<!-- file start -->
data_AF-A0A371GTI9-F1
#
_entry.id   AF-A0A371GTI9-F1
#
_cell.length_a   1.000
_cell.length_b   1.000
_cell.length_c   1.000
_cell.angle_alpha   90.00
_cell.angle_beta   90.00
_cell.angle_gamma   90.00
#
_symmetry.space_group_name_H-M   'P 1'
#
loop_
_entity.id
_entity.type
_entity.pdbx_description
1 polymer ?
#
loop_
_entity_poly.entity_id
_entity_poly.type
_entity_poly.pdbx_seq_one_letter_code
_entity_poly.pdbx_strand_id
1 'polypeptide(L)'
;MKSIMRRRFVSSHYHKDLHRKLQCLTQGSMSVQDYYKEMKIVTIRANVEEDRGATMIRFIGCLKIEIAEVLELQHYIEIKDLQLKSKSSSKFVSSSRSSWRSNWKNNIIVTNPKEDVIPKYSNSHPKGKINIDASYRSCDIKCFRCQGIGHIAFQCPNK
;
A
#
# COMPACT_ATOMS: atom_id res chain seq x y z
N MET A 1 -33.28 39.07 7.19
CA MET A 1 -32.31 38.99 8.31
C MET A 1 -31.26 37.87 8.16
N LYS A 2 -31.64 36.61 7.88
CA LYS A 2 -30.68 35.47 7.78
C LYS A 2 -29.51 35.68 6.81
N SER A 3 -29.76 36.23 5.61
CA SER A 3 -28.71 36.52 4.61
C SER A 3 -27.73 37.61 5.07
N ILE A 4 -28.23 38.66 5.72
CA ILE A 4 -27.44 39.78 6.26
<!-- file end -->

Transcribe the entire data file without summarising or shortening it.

data_AF-A0A371GTI9-F1
#
_entry.id   AF-A0A371GTI9-F1
#
_cell.length_a   1.000
_cell.length_b   1.000
_cell.length_c   1.000
_cell.angle_alpha   90.00
_cell.angle_beta   90.00
_cell.angle_gamma   90.00
#
_symmetry.space_group_name_H-M   'P 1'
#
loop_
_entity.id
_entity.type
_entity.pdbx_description
1 polymer ?
#
loop_
_entity_poly.entity_id
_entity_poly.type
_entity_poly.pdbx_seq_one_letter_code
_entity_poly.pdbx_strand_id
1 'polypeptide(L)'
;MKSIMRRRFVSSHYHKDLHRKLQCLTQGSMSVQDYYKEMKIVTIRANVEEDRGATMIRFIGCLKIEIAEVLELQHYIEIKDLQLKSKSSSKFVSSSRSSWRSNWKNNIIVTNPKEDVIPKYSNSHPKGKINIDASYRSCDIKCFRCQGIGHIAFQCPNK
;
A
#
# COMPACT_ATOMS: atom_id res chain seq x y z
N MET A 1 -33.28 39.07 7.19
CA MET A 1 -32.31 38.99 8.31
C MET A 1 -31.26 37.87 8.16
N LYS A 2 -31.64 36.61 7.88
CA LYS A 2 -30.68 35.47 7.78
C LYS A 2 -29.51 35.68 6.81
N SER A 3 -29.76 36.23 5.61
CA SER A 3 -28.71 36.52 4.61
C SER A 3 -27.73 37.61 5.07
N ILE A 4 -28.23 38.66 5.72
CA ILE A 4 -27.44 39.78 6.26